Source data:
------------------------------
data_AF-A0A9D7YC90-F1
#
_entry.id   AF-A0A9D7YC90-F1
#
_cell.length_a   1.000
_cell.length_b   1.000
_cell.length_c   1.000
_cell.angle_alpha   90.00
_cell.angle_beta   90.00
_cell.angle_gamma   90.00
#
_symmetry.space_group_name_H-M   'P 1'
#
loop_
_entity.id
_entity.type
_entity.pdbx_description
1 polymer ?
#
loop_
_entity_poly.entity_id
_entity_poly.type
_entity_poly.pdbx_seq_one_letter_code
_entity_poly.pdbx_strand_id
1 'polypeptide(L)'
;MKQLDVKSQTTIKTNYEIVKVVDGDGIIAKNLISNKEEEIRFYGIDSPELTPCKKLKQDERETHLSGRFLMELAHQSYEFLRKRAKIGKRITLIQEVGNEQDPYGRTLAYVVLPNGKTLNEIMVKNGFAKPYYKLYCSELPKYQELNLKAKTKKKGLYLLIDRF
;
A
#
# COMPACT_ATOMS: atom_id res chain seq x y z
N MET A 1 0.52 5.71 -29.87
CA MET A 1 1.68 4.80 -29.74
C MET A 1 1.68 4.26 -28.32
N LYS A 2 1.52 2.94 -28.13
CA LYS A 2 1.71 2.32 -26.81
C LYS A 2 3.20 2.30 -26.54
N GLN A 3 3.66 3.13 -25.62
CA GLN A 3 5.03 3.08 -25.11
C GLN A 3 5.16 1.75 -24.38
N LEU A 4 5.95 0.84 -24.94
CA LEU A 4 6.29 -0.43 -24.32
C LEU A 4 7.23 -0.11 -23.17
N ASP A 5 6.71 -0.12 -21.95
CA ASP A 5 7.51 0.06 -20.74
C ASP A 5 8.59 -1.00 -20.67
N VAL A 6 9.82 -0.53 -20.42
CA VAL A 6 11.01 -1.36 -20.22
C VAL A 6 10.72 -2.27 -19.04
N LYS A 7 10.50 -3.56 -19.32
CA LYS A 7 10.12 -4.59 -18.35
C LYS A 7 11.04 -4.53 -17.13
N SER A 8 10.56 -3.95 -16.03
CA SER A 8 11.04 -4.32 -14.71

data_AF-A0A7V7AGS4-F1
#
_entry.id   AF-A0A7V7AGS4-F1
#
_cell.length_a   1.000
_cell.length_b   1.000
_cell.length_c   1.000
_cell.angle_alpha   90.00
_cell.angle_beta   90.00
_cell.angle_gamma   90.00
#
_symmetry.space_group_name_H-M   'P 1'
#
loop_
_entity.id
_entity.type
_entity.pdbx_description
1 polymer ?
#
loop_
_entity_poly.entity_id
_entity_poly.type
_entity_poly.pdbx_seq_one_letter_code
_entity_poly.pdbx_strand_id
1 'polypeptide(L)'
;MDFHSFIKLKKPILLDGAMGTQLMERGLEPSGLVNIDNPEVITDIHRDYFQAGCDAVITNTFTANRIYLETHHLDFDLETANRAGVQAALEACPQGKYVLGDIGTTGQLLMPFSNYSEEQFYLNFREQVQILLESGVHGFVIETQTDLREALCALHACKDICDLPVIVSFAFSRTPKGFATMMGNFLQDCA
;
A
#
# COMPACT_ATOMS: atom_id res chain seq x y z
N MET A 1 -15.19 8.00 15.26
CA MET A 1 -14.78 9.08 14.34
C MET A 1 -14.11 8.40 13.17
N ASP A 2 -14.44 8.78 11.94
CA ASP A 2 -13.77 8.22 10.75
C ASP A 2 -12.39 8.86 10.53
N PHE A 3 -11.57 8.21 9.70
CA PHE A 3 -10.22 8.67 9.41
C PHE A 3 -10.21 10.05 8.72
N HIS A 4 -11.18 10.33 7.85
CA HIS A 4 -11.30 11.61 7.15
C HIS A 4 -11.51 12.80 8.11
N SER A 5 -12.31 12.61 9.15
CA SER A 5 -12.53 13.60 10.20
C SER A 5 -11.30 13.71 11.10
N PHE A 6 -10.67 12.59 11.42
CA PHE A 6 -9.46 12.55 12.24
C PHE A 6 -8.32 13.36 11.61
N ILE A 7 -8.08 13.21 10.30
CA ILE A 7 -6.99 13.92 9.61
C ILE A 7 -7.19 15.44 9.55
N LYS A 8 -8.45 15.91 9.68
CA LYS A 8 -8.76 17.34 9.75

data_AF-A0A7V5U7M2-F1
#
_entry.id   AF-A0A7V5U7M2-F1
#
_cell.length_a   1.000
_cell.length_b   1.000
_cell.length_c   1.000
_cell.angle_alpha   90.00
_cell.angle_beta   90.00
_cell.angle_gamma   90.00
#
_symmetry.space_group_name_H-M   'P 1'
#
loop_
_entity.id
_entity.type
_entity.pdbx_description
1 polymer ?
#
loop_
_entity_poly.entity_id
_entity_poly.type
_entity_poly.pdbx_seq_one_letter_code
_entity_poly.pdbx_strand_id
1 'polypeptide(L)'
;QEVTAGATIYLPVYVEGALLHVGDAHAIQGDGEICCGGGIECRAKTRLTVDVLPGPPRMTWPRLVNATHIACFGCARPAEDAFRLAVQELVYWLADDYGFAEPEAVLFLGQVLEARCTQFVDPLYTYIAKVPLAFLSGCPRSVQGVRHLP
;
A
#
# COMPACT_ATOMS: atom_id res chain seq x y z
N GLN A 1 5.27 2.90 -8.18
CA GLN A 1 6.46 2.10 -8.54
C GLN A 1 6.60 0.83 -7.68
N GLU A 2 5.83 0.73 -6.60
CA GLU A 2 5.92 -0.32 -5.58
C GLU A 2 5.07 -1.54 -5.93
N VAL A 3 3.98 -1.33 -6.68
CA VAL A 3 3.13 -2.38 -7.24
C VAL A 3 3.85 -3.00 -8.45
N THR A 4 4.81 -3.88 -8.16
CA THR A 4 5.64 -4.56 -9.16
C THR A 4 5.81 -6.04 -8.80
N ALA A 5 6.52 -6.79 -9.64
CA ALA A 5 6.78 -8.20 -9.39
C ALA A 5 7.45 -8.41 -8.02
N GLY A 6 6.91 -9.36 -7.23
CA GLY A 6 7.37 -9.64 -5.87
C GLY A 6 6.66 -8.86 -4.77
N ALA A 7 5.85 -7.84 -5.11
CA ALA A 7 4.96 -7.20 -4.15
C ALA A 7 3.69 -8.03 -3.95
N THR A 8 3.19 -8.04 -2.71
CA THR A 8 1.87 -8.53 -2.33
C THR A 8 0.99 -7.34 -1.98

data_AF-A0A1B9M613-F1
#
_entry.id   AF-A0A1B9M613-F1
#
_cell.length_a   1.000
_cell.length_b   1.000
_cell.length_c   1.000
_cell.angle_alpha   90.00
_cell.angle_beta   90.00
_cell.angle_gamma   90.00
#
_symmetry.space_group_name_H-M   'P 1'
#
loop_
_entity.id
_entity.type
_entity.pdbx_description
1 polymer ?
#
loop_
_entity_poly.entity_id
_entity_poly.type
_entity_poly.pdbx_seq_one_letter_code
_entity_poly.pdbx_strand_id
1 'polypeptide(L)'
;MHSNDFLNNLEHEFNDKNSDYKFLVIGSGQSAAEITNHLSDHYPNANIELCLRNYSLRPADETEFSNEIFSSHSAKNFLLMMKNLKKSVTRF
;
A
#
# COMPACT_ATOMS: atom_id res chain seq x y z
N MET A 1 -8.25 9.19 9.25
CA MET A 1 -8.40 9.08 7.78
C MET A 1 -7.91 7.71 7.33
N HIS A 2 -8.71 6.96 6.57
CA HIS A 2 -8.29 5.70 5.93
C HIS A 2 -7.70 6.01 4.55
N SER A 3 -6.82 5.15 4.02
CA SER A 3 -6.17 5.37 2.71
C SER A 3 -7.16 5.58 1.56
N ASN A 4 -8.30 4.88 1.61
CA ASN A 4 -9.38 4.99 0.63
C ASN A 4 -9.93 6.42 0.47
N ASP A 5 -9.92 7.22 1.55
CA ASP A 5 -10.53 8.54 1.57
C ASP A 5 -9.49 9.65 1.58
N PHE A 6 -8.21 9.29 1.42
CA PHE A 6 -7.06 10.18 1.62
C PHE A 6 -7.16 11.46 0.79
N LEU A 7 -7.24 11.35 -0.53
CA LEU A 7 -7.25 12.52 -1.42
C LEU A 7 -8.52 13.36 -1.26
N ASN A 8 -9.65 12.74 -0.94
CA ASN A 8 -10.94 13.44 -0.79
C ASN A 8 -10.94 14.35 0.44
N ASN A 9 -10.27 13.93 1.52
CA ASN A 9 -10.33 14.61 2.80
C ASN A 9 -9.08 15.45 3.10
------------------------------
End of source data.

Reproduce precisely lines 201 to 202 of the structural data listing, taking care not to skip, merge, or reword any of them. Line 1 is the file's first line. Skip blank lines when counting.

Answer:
CA ASN A 4 -9.38 4.99 0.63
C ASN A 4 -9.93 6.42 0.47